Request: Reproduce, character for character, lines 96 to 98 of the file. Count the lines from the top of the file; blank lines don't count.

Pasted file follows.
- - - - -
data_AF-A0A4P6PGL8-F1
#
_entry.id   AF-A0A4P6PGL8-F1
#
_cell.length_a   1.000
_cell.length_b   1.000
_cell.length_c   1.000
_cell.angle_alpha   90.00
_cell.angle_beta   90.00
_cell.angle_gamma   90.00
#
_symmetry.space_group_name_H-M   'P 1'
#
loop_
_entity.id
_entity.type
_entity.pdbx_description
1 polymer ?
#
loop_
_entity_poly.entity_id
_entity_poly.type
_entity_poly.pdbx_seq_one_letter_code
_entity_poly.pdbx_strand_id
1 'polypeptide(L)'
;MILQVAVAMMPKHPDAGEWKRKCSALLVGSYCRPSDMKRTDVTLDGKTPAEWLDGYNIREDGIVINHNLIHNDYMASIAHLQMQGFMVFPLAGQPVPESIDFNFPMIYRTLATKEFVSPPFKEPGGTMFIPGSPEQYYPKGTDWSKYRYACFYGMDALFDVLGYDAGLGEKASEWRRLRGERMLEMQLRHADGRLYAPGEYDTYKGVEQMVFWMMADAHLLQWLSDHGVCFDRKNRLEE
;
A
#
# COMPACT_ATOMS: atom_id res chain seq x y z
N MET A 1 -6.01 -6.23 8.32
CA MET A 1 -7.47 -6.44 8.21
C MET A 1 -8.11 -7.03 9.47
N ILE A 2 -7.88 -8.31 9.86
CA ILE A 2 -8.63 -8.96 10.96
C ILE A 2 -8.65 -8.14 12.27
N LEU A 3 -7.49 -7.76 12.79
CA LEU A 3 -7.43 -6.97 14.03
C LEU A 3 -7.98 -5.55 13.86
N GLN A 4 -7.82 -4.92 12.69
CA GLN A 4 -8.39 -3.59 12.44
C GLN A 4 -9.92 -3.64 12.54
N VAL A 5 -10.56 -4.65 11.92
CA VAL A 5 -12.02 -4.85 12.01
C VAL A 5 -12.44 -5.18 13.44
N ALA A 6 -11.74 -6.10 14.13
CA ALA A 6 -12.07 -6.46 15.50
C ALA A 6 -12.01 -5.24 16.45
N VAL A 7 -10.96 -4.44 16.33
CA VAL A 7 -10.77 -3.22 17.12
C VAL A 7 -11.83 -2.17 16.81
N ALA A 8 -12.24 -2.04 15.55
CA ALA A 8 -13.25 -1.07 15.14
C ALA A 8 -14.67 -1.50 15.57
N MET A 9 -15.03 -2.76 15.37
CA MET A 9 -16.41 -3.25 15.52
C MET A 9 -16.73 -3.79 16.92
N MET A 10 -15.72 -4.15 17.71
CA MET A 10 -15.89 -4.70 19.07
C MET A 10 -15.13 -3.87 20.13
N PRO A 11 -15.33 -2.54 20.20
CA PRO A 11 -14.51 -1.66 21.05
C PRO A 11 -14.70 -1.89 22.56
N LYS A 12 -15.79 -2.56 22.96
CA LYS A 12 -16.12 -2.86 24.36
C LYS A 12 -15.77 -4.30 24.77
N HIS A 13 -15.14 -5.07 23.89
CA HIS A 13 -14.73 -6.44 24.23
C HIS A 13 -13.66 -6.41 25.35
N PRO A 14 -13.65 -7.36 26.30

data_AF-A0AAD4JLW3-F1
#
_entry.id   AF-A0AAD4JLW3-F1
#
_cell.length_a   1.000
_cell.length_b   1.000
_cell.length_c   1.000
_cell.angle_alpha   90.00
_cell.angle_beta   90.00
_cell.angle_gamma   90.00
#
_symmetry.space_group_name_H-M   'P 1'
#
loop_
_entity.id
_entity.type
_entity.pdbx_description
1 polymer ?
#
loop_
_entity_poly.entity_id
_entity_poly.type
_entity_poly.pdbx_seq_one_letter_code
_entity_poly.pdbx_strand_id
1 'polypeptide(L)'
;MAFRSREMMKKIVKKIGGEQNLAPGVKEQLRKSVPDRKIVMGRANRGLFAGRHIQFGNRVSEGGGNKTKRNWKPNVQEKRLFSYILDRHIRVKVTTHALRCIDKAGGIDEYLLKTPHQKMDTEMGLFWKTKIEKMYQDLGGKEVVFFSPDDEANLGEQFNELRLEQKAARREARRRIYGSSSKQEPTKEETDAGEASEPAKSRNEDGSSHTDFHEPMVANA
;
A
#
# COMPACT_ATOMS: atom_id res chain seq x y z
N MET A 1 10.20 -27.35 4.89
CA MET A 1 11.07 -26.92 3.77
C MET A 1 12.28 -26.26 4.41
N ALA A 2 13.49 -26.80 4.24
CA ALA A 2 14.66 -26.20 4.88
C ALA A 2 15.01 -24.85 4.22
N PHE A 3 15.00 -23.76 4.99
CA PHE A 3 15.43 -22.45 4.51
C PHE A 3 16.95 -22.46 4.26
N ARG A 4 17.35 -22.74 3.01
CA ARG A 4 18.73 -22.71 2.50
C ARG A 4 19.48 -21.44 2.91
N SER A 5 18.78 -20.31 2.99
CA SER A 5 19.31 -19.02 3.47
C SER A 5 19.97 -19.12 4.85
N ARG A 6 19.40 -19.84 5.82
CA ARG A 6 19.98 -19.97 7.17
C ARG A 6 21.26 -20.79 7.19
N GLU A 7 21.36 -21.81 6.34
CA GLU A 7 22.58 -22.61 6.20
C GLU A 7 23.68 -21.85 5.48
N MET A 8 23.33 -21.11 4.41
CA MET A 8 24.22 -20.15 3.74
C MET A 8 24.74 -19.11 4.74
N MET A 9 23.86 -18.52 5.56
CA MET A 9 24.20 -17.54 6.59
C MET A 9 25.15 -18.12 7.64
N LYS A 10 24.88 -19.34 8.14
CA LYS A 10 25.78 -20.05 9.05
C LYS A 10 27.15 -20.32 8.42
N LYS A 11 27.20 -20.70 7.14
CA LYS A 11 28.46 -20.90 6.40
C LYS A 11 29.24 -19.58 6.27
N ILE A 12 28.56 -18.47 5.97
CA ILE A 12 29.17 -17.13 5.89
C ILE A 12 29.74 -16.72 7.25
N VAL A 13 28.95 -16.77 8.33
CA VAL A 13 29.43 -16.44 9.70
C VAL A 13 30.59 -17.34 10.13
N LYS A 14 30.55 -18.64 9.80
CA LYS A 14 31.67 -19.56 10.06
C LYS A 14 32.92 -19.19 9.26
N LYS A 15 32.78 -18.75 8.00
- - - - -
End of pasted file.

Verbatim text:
;MAFRSREMMKKIVKKIGGEQNLAPGVKEQLRKSVPDRKIVMGRANRGLFAGRHIQFGNRVSEGGGNKTKRNWKPNVQEKRLFSYILDRHIRVKVTTHALRCIDKAGGIDEYLLKTPHQKMDTEMGLFWKTKIEKMYQDLGGKEVVFFSPDDEANLGEQFNELRLEQKAARREARRRIYGSSSKQEPTKEETDAGEASEPAKSRNEDGSSHTDFHEPMVANA
;
A